Mary E. Stansel v. City of Atlanta, et al., No. 14-11232 (11th Cir. 2014)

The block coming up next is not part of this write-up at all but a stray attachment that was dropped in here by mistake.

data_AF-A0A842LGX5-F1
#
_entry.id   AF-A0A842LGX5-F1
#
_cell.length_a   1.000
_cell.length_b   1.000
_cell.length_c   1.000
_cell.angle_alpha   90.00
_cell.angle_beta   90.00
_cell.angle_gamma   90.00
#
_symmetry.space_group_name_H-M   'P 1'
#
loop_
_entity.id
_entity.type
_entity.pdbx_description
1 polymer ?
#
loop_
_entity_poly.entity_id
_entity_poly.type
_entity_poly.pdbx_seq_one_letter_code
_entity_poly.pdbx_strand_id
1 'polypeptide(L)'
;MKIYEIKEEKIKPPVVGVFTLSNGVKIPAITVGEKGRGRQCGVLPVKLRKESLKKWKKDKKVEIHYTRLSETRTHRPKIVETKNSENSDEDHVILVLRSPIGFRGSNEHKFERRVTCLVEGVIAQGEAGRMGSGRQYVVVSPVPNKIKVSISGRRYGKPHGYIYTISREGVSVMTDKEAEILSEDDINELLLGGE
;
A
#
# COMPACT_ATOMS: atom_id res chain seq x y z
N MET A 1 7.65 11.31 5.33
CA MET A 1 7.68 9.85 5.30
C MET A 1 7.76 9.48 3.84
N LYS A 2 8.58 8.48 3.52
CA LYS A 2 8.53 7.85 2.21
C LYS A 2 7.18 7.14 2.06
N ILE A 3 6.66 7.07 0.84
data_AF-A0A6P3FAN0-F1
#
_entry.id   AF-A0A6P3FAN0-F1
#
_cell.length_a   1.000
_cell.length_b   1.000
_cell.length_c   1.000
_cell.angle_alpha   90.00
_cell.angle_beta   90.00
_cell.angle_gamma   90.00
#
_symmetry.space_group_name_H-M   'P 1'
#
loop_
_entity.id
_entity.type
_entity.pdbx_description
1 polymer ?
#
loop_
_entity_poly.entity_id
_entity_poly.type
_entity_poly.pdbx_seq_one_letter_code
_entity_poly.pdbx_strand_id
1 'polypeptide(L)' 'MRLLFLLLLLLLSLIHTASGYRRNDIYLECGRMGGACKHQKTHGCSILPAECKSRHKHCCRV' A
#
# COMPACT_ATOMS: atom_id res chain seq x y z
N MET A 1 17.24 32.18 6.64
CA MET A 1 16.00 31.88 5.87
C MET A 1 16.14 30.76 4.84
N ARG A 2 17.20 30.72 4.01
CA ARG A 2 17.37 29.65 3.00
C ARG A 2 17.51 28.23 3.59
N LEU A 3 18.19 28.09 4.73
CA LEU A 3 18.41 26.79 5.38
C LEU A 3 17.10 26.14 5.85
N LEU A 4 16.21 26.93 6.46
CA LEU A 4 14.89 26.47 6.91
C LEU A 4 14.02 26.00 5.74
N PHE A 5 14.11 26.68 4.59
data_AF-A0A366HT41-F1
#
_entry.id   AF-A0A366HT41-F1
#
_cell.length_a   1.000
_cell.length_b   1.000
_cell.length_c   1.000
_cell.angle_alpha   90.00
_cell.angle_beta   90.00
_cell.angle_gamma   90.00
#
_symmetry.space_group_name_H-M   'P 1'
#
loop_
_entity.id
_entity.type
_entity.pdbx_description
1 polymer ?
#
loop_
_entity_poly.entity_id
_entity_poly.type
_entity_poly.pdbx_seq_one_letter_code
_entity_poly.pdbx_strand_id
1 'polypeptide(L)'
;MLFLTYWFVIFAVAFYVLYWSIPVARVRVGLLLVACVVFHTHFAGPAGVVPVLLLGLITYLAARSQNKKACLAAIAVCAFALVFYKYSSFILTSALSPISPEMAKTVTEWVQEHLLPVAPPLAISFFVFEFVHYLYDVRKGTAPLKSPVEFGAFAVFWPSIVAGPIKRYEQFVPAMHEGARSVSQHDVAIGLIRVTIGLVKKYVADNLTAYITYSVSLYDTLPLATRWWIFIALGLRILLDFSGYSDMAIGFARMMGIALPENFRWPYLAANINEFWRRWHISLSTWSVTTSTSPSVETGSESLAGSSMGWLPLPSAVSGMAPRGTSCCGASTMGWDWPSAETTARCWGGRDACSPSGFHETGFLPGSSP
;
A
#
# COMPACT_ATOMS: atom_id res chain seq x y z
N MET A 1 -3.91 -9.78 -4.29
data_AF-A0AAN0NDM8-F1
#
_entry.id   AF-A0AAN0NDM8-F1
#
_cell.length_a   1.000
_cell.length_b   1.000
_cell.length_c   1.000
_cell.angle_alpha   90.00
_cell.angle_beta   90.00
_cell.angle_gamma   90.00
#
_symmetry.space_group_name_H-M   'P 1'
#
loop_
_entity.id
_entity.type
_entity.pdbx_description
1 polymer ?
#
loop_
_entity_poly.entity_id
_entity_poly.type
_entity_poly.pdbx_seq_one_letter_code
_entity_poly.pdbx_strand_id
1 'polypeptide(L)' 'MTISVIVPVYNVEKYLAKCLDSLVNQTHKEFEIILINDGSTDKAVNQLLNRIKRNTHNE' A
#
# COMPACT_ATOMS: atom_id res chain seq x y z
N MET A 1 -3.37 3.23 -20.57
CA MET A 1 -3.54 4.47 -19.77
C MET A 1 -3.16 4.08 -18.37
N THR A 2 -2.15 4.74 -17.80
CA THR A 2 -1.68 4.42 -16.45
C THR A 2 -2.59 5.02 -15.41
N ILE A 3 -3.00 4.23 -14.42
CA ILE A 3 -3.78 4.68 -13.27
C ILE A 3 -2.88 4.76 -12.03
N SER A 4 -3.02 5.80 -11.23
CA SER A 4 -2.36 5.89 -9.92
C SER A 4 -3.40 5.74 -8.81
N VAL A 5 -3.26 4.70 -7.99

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Case: 14-11232 Date Filed: 11/18/2014 Page: 1 of 10 [DO NOT PUBLISH] IN THE UNITED STATES COURT OF APPEALS FOR THE ELEVENTH CIRCUIT ________________________ No. 14-11232 Non-Argument Calendar ________________________ D.C. Docket No. 1:12-cv-03575-RLV MARY E. STANSEL, Plaintiff-Appellant, versus CITY OF ATLANTA, AFLAC, INC., JANE DOE #1-20, JOHN DOE #1-20, AMERICAN FAMILY LIFE ASSURANCE COMPANY OF COLUMBUS, INC., d.b.a. Aflac, Defendants-Appellees. ________________________ Appeal from the United States District Court for the Northern District of Georgia ________________________ (November 18, 2014) Case: 14-11232 Date Filed: 11/18/2014 Page: 2 of 10 Before ED CARNES, Chief Judge, JORDAN and FAY, Circuit Judges. PER CURIAM: Mary Stansel, a licensed Georgia attorney proceeding pro se, 1 appeals the district court’s decision to dismiss with prejudice her claims against the City of Atlanta, American Family Life Assurance Company of Columbus, Inc. (American Family), and Aflac, Inc. I. Stansel worked for the City of Atlanta as an Assistant Solicitor from 2002 to 2010, when she stopped due to severe bilateral carpal tunnel syndrome, as well as back, neck, and nerve pain.2 While working for the City, Stansel purchased an American Family insurance policy that had short-term disability benefits. The policy’s premiums were to be paid via payroll deduction on a pretax basis. Before Stansel stopped working in March 2010, her plan’s premiums were paid with pretax dollars through payroll deductions. American Family paid her a total of $20,623.34 in short-term disability benefits in 2010 and 2011. It also filed W2 forms with the IRS that reported those disability benefits as income. 1 Because Stansel is a licensed attorney, we do not liberally construe her complaint as we would with a normal pro se litigant. See Olivares v. Martin, 555 F.2d 1192, 1194 n.1 (5th Cir. 1977); cf. Bonner v. City of Prichard, 661 F.2d 1206, 1209 (11th Cir. 1981) (en banc) (adopting as binding precedent all decisions of the former Fifth Circuit handed down before October 1, 1981). 2 Because this is an appeal from a motion to dismiss, we take the facts as alleged in the complaint, construing them in the light most favorable to Stansel. See Timson v. Sampson, 518 F.3d 870, 872 (11th Cir. 2008). 2 Case: 14-11232 Date Filed: 11/18/2014 Page: 3 of 10 Stansel filed suit against the City and Aflac, Inc. in October 2012. 3 The parties then engaged in a series of procedural skirmishes, during which Stansel filed a series of amended complaints. We need not describe the details of those skirmishes here, except to note that the district court dismissed Aflac, Inc. (which is the parent company of American Life) from the suit. The court did so after Stansel admitted in her motion to file a first amended complaint that she had mistakenly named Aflac, Inc., and that she should have instead named its subsidiary American Life, which actually wrote her insurance policy. On July 3, 2013, Stansel filed a motion seeking leave to file a third amended complaint. The proposed complaint she attached to her motion asserted seven claims and named as defendants the City, American Life, and Aflac, Inc. It sought to reestablish Aflac, Inc. as a defendant in the suit, even though Stansel had already admitted that she had improperly named it as a defendant. The seven counts in the proposed third amended complaint were as follows. The first four were against the City and alleged that it had violated: (1) Title I of the Americans with Disabilities Act (ADA), 42 U.SC. § 12111 et seq.; (2) Title V of the ADA, 42 U.S.C. § 12203; (3) the Rehabilitation Act of 1973, 29 U.S.C. § 701 et seq.; and (4) the Age Discrimination in Employment Act, 29 U.S.C. § 621 3 There were also twenty John Does and twenty Jane Does included in the complaint. We will not discuss them because they are not at issue in this appeal and including them would unnecessarily complicate our account of the proceedings in the district court. 3 Case: 14-11232 Date Filed: 11/18/2014 Page: 4 of 10 et seq. The fifth count brought claims against both the City and the Aflac defendants under 42 U.S.C. §§ 1983, 1985(2)–(3), 1986, and 1988. It specifically asserted that, based on the filing of the W2s and the general administration of Stansel’s disability benefits, the City and the Aflac defendants had violated her federal rights. The sixth count alleged that the Aflac defendants had “violated both federal and state law” without specifying any federal or state laws. The seventh count alleged that the Aflac defendants had breached their duty of good faith and fair dealing. 4 The Aflac defendants opposed the motion to amend and filed a cross-motion to dismiss the claims against them. The district court entered an order on August 29, 2013, denying Stansel’s motion for leave to amend and dismissing with prejudice her claims against the Aflac defendants. The court identified several reasons for its decision. Initially, it explained that the third amended complaint was a shotgun pleading. See generally Strategic Income Fund, L.L.C. v. Spear, Leeds & Kellogg Corp., 305 F.3d 1293, 1295–96 (11th Cir. 2002). The court then explained why, for each of the three claims against the Aflac defendants, it would be futile to allow Stansel to amend her complaint. Regarding the claims under the federal civil rights statutes in the fifth count, the court noted that those statutes apply only where the plaintiff has 4 Stansel titled this count “Count VIII,” but her amended complaint skips from “Count VI” to “Count VIII.” So we will refer to this count as the seventh count. 4 Case: 14-11232 Date Filed: 11/18/2014 Page: 5 of 10 alleged state action, and that the Aflac defendants’ allegedly wrongful conduct did not qualify as state action. See generally Focus on the Family v. Pinellas Suncoast Transit Auth., 344 F.3d 1263, 1276–77 (11th Cir. 2003). As for the sixth count, the court reiterated that it was a shotgun count that did not meet the requirements of Federal Rule of Civil Procedure 10(b) and also noted that it did not meet the requirements of Federal Rule of Civil Procedure 9 insofar as it alleged fraud. Finally, the court explained that the seventh count was fatally flawed because Stansel had conceded that the Aflac defendants had paid her short-term disability benefits, and a cause of action based on bad faith requires “the refusal to pay a loss covered by an insurance policy.” In that same August 29 order, the district court ordered Stansel to file within twenty-one days an amended complaint against the City. She failed to file an amended complaint by that deadline. The City moved to dismiss the claims against it for failure to comply with the court’s order, and the court granted that motion in February 2014. It deemed Stansel’s claims against the City to have been abandoned and dismissed them with prejudice pursuant to Federal Rule of Civil Procedure 41. II. We review de novo the district court’s decisions to deny Stansel leave to amend her claims against the Aflac defendants due to futility, see Freeman v. First 5 Case: 14-11232 Date Filed: 11/18/2014 Page: 6 of 10 Union Nat’l, 329 F.3d 1231, 1234 (11th Cir. 2003), and we review its decision to dismiss Stansel’s claims against the City only for an abuse of discretion, see Anago Franchising, Inc. v. Shaz, LLC, 677 F.3d 1272, 1276 (11th Cir. 2012) (reviewing dismissal under Rule 41(a)(2) only for an abuse of discretion). Because of the nature of the briefing in this case, we rely on two principles. First, de novo review permits this Court to affirm the district court’s judgment “based on any grounds supported by the record.” Akanthos Capital Mgmt., LLC v. Atlanticus Holdings Corp., 734 F.3d 1269, 1271 (11th Cir. 2013). Second, where the district court’s judgment rests on multiple grounds, and the “appellant fails to challenge properly on appeal one of the grounds on which the district court based its judgment, he is deemed to have abandoned any challenge of that ground, and it follows that the judgment is due to be affirmed.” Sapuppo v. Allstate Floridian Ins. Co., 739 F.3d 678, 680 (11th Cir. 2014). We address in order the claims from the third amended complaint. We begin with the five claims against the City, which were contained in the first five counts. Stansel does not make any specific arguments explaining how the district court abused its discretion under Federal Rule of Civil Procedure 41 when it issued its February 14 order dismissing with prejudice those claims against the City. See id. at 681. We therefore affirm the judgment insofar as it dismissed those claims. See id. at 680. 6 Case: 14-11232 Date Filed: 11/18/2014 Page: 7 of 10 Regarding the claim against the Aflac defendants in the fifth count, allowing amendment would have been futile because Stansel cannot establish one of the essential elements of that claim. A claim under any of the federal civil rights statutes the fifth count cites requires the existence of an individual federal right. See Robertson v. Hecksel, 420 F.3d 1254, 1261 (11th Cir. 2005) (“[B]efore § 1983 and § 1988 can come into play, the plaintiff must still establish the existence of a federal right.”); Trawinski v. United Techs., 313 F.3d 1295, 1299 (11th Cir. 2002) (“[A] claim under § 1985(3) requires the proof of . . . the violation of a serious constitutional right . . . .”); Park v. City of Atlanta, 120 F.3d 1157, 1159–60 (11th Cir. 1997) (“Section 1986 claims are . . . derivative of § 1985 violations.”). And Stansel offers no authority for the proposition that the right she asserts here — the right to have her W2s filed properly — is actually an individual federal right, much less a “serious constitutional right.” We therefore affirm the district court’s judgment insofar as it dismissed the claim against the Aflac defendants in the fifth count. The claim in the sixth count that the Aflac defendants had “violated both federal and state law” did not state a plausible claim for relief. Rather than attempt to describe the allegations that make up the sixth count, we will simply reproduce the relevant ones here: 7 Case: 14-11232 Date Filed: 11/18/2014 Page: 8 of 10 143. The heretofore-described conduct of both AFLAC Defendants constitutes vicarious liability of AFLAC, INC. for the torts of Aflac (aka Aflac U.S.) 144. The heretofore-described conduct of both Defendants AFLAC created contractual rights and obligations created for AFLAC, INC. by the actions of Aflac (aka Aflac U.S.). 145. The heretofore-described conduct of both Defendants AFLAC constitutes common law Agency and fraud. 146. At all relevant times, all claims handling procedures, operations and initiatives, funding, and other aspects of conducting its supplemental accident/disability insurance business were independently prescribed, in a unitary and uniform fashion, by AFLAC, Inc. 147. AFLAC, Inc. and Aflac (aka Aflac U.S)., individually and collectively, are, and at all relevant times have been, involved in the tortious and other acts described herein, affecting pro se Plaintiff, one of its former policyholders. None of those allegations identifies a specific action by the Aflac defendants that would give rise to a claim for relief. See Ashcroft v. Iqbal, 556 U.S. 662, 678, 129 S.Ct. 1937, 1949 (2009) (“To survive a motion to dismiss, a complaint must contain sufficient factual matter, accepted as true, to state a claim to relief that is plausible on its face.”) (quotation marks omitted). Nor do any of them indicate the possibility that Stansel could do so. The district court therefore did not err in concluding that it would have been futile for Stansel to file her amended sixth count. Finally, we turn to the seventh count (which the complaint misnumbers as the eighth count). It claimed that the Aflac defendants acted in bad faith. Stansel never contests the district court’s determination that the claim is fatally flawed 8 Case: 14-11232 Date Filed: 11/18/2014 Page: 9 of 10 because she has conceded that the Aflac defendants had paid her short-term disability benefits, and a bad faith action requires “the refusal to pay a loss covered by an insurance policy.” See Sapuppo, 739 F.3d at 680. We therefore agree with the district court’s determination that amending the count would have been futile and affirm that part of the judgment. The argument section of Stansel’s opening brief raises three challenges to the district court’s order dismissing with prejudice her claims against the Aflac defendants. 5 Her first contention is a general allegation of error on the part of the district court. In Stansel’s words: The sum total of the district court’s legal errors and abuses of discretion alleged herein had the substantial prejudicial effect of forcing pro se appellant Stansel to accept an involuntary dismissal with prejudice . . . and final judgment . . . in this action in order to hasten her appeal in an effort to halt the incessant onslaught of judicial usurpation of power because it was very likely [to] recur. That opening line is supported only by a page and a half that accuses the district court of committing various errors. Such a list of “conclusory assertions,” which “makes no argument and cites no authorities,” does not raise a cognizable issue on appeal. Sapuppo, 739 F.3d at 682. 5 Stansel lists twenty-three issues in her opening brief, but discusses just three of them in the argument section of her brief. We need not address the twenty issues that are not developed in the argument section of her brief. See Sapuppo, 739 F.3d at 682 (explaining that “mentioning a claim in the summary of the argument section is not enough to raise the issue for appeal and that the claim is deemed abandoned”); Cole v. U.S. Atty. Gen., 712 F.3d 517, 530 (11th Cir. 2013) (holding that a party abandons an issue “[i]f the party mentions the issue only in his Statement of the Case but does not elaborate further in the Argument section”). 9 Case: 14-11232 Date Filed: 11/18/2014 Page: 10 of 10 Next, Stansel contends that the district court erred by permitting both of the Aflac defendants to file the motion to dismiss because, at the time, Aflac, Inc. had been dismissed from the case and was not a party to the litigation. She argues that this was error because the Federal Rules of Civil Procedure do not permit nonparties to file motions. We need not delve into the merits of her argument because Stansel never explains how her substantial rights were affected by the court permitting Aflac, Inc. to join the motion to dismiss. See Fed. R. Civ. P. 61 (providing that courts “must disregard all errors and defects that do not affect any party’s substantial rights”). The arguments against Stansel’s motion to amend would have been the same regardless of whether Aflac, Inc. signed onto the brief opposing her motion. So even if we assume that the court erred, it was harmless error and cannot be grounds for reversal. See Mut. Serv. Cas. Ins. Co. v. Henderson, 368 F.3d 1309, 1319 (11th Cir. 2004). Finally, Stansel challenges the district court’s conclusion that the third amended complaint was a shotgun pleading. We need not address this argument because we have already identified separate bases for the district court to dismiss every one of Stansel’s claims. AFFIRMED. 10